Russia’s burgeoning auto industry is taking little notice of new powertrain technologies and alternative fuels being embraced by global car companies today, despite sales of more than 1 million vehicles in the year’s first half.

That’s because, as the world’s No.2 oil producer behind Saudi Arabia, gasoline is both cheap and plentiful, with most pump prices in the country hovering at the equivalent of $0.80 a gallon.

Lacking incentive, traditional auto makers largely have ignored the tightening fuel-economy standards and stringent vehicle-emissions regulations gaining momentum in other regions of the world, says Chris Layce, General Motors Corp.’s executive director of Central and Eastern Europe. “The availability of alternative-fuel vehicles is not on their list,” he says.

Nor is diesel fuel, prevalent in most of Europe, primarily due to Russia’s frigid climate. However, that’s changing as the new low-sulfur diesel fuel becomes more available, says Carol Thomas, an analyst at J.D. Power Automotive Forecasting in Russia.

While diesel-powered cars accounted for about 1.9% of new-car sales in 2006, “this year, that share is expected to reach 2.4%, rising to 6.5% in 2010 and 15% by 2014,” she says.

Meanwhile, the Russian government has mandated that all domestic-built vehicles adhere to Euro 2 standards and prepare for Euro 3 – albeit at the same time the European Union is moving toward more-stringent Euro 5 (2009) and Euro 6 (2014) regulations.

As one of the world’s top greenhouse-gas emitters, Russia is committed to meeting emissions standards set by the Kyoto Protocol for 2012 and is looking to ramp up regulations over the next several years to meet its target.

Layce says the lack of emphasis on tailpipe controls is hampering GM’s regional plans. “Russians are not pushing legislation on emissions as much as some (European) countries. It’s a vast country, and in order for us to move forward on (biofuels) or other alternatives we need a (fueling) distribution network.

“Also, authorities are not yet considering tax benefits or incentives to have greener and cleaner cars,” as many other markets have done, he says. But if Russia were to make alternative fuels a priority, GM is prepared to “move fast.”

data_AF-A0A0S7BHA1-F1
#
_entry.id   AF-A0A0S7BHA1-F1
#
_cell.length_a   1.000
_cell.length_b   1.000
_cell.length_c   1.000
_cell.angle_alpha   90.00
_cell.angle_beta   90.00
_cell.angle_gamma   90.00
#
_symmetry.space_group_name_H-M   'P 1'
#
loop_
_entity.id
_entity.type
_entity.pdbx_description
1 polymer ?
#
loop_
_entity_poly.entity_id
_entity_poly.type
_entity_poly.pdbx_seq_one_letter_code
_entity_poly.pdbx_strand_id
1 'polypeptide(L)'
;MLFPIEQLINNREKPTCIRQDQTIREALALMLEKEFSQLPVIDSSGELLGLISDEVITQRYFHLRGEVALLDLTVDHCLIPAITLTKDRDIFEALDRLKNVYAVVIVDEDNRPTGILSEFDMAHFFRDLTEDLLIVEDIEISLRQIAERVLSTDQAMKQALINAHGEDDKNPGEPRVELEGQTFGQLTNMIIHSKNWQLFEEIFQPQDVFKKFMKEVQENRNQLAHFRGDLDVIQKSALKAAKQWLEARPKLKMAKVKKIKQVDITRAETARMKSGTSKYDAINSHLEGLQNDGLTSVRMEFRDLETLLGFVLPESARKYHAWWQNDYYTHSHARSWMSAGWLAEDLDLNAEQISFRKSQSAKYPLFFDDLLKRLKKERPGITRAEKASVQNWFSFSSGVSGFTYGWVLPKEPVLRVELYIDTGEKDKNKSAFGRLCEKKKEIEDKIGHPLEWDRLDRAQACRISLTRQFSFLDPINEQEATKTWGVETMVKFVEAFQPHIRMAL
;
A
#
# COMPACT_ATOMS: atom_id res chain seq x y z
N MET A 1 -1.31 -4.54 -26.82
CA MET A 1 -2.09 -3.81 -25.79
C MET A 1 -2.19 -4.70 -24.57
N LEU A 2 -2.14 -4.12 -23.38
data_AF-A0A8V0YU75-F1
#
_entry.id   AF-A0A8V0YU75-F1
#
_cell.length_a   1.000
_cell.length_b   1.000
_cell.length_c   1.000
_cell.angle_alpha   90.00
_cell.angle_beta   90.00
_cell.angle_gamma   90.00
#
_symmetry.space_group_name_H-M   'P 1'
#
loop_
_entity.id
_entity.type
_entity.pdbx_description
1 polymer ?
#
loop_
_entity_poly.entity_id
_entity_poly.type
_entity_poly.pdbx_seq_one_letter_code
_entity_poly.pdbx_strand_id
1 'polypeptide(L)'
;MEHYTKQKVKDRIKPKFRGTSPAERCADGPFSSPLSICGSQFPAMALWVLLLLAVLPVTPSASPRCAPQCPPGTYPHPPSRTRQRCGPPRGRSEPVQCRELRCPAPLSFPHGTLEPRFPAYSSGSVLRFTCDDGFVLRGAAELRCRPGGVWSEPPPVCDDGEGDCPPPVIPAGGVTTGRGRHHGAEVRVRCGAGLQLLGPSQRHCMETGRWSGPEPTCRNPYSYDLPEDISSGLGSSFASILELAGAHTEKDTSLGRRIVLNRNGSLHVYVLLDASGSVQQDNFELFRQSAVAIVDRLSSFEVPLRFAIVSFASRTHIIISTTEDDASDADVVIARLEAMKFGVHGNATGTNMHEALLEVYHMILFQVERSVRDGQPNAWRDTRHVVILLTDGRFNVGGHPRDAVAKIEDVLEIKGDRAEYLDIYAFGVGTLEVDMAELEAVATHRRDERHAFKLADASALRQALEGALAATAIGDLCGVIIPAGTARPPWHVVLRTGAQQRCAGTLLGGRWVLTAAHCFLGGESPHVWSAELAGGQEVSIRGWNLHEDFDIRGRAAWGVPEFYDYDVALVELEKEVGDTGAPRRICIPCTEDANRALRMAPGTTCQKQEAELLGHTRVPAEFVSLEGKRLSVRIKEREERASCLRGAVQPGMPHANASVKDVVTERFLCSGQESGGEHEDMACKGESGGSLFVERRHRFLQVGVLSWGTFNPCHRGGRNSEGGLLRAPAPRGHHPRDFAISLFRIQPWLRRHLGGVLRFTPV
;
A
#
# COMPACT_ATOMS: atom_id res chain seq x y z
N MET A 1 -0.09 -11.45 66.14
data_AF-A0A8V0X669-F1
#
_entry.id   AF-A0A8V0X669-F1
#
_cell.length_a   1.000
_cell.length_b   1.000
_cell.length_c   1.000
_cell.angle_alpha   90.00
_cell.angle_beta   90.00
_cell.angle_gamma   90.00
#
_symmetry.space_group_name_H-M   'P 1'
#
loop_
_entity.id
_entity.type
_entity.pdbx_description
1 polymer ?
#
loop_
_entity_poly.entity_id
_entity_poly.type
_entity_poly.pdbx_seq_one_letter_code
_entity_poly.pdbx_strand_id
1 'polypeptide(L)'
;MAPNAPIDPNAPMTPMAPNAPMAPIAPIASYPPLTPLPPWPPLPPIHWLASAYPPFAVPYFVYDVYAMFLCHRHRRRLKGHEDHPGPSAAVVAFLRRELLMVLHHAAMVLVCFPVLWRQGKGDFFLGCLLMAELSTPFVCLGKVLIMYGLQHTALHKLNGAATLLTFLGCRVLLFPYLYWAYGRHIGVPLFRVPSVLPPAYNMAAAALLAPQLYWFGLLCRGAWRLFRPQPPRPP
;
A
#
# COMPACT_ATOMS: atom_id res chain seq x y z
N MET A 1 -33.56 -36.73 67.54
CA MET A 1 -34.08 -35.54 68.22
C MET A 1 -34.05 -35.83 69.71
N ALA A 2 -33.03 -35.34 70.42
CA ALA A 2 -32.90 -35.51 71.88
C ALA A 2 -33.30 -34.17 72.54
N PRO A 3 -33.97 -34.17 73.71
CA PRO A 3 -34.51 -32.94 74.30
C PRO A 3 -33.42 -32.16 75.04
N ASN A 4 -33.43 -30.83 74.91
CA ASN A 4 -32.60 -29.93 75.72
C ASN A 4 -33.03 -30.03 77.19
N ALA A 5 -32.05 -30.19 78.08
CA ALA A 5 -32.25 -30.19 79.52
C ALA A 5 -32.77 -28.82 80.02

Thomas says the government’s foot dragging largely is to protect homegrown auto makers that have not kept pace with foreign competition. But as the Russian market expands and exports increase, there is an increasing urgency to place stricter regulations on vehicle emissions.

“There are so many markets where they can’t sell their cars for export,” she says. “It’s sort of a catch-up with the rest of the European industry. Globally, really.”

Indeed, the domestics have seen market share drop drastically due to foreign competition. “A few years ago, they controlled 70% of the market. Last year it was about 42%,” Thomas says. “And this year, (it’s) less than 30%. They’re dropping like a stone.”

Sales of foreign brands increased 50% in August, alone, to 142,388 units, although OAO AvtoVaz, Russia’s largest auto maker, remains the top-selling marque. The Association of European Businesses in the Russian Federation lists the top-four foreign makers by volume as GM, Ford Motor Co., Hyundai Motor Co. Ltd. (including Kia Motors Corp.) and the Renault Nissan Alliance.

GM’s sales through September grew 98% to 180,000 vehicles, pushing its market share to 9.4% and making Russia its fourth-biggest market in Europe. Chevrolet, the No.1 non-domestic brand in the country, saw 131,653 deliveries in the period.

Russia is expected to join the World Trade Organization next year, but with an agreement to retain its 25% tariff on imported cars for the first seven years, prompting many foreign auto makers to consider building assembly plants. These include Hyundai, Chrysler LLC, Mitsubishi Motors Corp. and PSA Peugeot Citroen, which will announce by year-end the location for its 100,000-unit greenfield plant.

Ford was one of the first global players to establish a brick-and-mortar presence in the country, opening a manufacturing facility in St. Petersburg in 1999.

Russia’s total vehicle sales are forecast to reach 2.25 million this year, J.D. Power and Associates reports, rising to 2.45 million in 2008 and eclipsing 3 million by 2014 vs. just over 900,000 units in 2001. Deliveries of foreign imports in the first eight months jumped 66%, compared with year-ago, to 1,005,029 vehicles.

A major factor in the Russian market’s rapid ascent is the buying power of its populus. Goldman, Sachs & Co. predicts Russia will be the world’s eighth-largest economy by 2025, with a per capita income of $45,000.

Perhaps more surprising, Layce says by 2012 Russia will constitute Europe’s largest automotive market, surpassing Germany and the U.K.